A family of games contributed by James aka. QSquared
Q Squared Joe (also known in the abbreviated name of Q2J, or Q2J) was created in 2005 at Harbord Collegiate Institute and has been played in various places in and around Toronto, Ontario. It can be played with two to ten players, and one standard 52-card pack is used. In its basic form it is a shedding type card game, where the object of the game is to get rid of all your cards by discarding your cards one at a time onto a discard pile, according to set rules that are slightly reminiscent of Crazy Eights.
This consists of four simple rules which determine which cards can be played on which. Cards are ranked in value as follows: K (highest) Q J 10 9 8 7 6 5 4 3 2 A (lowest). There is no ranking among suits. Using these ranks, the following rules show which cards are "stronger" than others. When adding a card to the top of a pile, only a card that is "stronger" than the current top card can be played.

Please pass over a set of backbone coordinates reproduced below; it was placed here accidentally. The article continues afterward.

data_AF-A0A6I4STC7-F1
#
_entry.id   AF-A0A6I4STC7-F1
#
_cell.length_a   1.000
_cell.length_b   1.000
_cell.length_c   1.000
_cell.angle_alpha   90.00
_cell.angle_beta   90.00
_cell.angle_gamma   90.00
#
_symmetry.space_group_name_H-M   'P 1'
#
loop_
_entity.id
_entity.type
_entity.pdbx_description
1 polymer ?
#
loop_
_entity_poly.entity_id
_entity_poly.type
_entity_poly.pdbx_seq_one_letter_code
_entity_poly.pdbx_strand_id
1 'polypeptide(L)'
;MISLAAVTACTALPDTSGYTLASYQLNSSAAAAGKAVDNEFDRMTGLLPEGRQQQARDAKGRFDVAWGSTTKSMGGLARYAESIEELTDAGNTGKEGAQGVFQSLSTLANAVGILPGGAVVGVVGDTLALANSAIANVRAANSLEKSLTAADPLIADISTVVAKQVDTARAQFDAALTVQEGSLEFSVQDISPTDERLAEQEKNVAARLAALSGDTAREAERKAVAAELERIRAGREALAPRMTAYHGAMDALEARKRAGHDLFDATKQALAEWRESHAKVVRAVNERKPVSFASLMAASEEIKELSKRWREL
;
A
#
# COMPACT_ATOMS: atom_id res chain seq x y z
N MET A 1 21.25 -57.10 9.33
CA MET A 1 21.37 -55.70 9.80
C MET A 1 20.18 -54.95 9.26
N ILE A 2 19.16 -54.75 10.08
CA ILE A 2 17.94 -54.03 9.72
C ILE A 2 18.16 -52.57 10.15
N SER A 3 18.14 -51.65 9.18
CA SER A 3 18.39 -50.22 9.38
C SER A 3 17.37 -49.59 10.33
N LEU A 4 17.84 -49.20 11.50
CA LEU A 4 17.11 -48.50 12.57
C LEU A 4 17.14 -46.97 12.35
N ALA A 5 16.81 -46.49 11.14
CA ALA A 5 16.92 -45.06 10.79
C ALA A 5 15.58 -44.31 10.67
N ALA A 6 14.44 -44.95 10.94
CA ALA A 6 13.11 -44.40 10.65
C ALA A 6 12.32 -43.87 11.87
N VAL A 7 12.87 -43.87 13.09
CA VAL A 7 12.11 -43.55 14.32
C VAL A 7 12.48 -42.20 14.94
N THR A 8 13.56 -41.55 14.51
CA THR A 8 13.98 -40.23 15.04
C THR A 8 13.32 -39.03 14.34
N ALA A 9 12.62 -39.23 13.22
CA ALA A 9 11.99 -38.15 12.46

Two to ten players may play. Five cards are dealt to each player one at a time face down, except for each player's fifth card which is dealt face up. The rest of the deck is placed face down at the center of the table to form the stock. The person with the highest face-up card value (regardless of strength) goes first. In case of a tie, the second card is turned over for players involved, and the new cards are judged by value, and so on. All face up cards are then turned face down, and added to each player's hand. The top card of the stock is then turned up to start the discard pile.
In turn, players must discard a stronger card than the card on the top of discard pile onto the discard pile based on the Q Squared Joe concept. When adding a card of equal strength, the consequence is that a card must be drawn from the stock and added to the player's hand. In addition, two other rules have been added.